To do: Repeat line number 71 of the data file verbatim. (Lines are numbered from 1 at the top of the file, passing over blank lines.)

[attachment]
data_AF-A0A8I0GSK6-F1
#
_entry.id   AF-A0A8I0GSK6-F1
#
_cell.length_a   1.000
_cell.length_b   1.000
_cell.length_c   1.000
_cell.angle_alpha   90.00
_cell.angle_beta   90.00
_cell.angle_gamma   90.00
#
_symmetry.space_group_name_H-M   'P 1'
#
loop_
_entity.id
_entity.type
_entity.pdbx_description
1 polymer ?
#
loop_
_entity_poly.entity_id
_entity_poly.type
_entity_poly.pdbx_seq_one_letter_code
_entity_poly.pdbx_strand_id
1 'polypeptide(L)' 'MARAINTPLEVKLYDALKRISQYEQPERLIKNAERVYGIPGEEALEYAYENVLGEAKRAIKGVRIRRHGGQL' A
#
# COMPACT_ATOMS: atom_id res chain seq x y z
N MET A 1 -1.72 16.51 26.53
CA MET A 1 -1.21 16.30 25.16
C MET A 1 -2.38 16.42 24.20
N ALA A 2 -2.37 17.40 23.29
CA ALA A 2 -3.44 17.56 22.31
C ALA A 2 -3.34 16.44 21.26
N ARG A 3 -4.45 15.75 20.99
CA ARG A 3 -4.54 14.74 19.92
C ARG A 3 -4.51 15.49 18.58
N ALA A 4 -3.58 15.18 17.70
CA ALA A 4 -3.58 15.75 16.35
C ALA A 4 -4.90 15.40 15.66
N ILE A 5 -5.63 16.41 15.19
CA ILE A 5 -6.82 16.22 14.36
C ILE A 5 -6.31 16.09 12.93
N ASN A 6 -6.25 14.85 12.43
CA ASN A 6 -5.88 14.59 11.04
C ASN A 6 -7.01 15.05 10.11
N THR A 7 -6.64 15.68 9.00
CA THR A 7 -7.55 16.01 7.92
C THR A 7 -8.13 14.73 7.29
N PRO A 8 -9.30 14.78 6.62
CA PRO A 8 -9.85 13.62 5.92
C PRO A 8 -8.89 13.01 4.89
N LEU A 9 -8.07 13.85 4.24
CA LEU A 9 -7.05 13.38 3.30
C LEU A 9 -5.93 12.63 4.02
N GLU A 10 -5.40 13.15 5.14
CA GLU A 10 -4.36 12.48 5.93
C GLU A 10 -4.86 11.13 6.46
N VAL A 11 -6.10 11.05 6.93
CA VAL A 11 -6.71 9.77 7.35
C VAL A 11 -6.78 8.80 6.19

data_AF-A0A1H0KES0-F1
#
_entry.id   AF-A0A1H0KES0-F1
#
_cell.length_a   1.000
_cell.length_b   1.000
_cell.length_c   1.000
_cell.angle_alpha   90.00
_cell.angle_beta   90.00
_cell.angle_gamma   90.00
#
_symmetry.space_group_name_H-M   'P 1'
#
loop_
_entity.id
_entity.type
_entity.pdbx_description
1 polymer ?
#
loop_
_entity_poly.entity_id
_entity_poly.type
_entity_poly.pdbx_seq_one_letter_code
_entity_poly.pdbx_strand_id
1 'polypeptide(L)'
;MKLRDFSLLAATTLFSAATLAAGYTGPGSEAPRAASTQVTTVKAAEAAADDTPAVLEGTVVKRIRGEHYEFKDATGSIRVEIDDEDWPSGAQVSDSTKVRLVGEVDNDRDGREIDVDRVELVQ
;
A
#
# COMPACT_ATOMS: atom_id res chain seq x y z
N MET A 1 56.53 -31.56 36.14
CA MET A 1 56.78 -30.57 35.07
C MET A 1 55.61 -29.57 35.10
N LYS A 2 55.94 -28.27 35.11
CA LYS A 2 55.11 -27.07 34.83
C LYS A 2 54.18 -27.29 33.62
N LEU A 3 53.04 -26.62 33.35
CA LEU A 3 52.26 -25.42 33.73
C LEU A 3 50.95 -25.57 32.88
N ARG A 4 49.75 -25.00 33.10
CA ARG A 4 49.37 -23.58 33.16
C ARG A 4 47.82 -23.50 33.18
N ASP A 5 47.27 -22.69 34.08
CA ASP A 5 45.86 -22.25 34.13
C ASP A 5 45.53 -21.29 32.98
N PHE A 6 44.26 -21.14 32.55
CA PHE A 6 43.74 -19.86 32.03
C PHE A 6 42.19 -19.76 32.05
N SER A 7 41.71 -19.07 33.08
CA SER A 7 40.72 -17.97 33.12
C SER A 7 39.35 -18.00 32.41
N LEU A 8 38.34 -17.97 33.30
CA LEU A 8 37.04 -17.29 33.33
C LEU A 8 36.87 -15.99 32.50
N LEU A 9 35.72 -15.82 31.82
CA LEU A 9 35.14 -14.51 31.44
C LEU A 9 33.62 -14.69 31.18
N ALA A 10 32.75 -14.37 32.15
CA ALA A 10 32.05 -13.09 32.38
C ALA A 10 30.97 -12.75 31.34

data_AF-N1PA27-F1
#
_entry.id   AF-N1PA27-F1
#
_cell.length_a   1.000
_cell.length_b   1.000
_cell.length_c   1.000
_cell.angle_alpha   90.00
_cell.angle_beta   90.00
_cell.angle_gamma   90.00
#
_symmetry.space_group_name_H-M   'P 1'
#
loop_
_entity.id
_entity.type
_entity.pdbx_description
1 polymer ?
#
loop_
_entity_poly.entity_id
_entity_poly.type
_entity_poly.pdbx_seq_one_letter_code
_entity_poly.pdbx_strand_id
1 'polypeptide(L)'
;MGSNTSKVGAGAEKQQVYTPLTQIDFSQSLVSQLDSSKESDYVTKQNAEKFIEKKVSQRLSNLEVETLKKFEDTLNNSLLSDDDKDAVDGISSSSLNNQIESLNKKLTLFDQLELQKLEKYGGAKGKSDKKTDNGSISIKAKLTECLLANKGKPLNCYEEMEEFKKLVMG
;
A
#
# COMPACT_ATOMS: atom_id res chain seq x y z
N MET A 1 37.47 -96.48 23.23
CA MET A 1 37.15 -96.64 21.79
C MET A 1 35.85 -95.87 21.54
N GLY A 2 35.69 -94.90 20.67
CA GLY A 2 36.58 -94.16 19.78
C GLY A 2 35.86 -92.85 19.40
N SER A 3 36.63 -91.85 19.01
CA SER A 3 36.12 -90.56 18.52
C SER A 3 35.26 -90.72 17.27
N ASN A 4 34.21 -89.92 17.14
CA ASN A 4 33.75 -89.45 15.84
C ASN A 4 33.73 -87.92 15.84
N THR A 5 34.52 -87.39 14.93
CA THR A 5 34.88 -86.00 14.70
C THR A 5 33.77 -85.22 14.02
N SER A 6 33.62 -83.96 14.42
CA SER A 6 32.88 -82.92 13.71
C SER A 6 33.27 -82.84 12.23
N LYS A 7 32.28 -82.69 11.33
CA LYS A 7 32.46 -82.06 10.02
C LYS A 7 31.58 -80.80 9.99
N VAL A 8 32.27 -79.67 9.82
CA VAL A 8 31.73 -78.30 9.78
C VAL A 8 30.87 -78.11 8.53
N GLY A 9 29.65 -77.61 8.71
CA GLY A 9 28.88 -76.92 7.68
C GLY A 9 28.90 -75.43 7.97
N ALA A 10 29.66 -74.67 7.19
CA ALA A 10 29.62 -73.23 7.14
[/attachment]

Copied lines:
#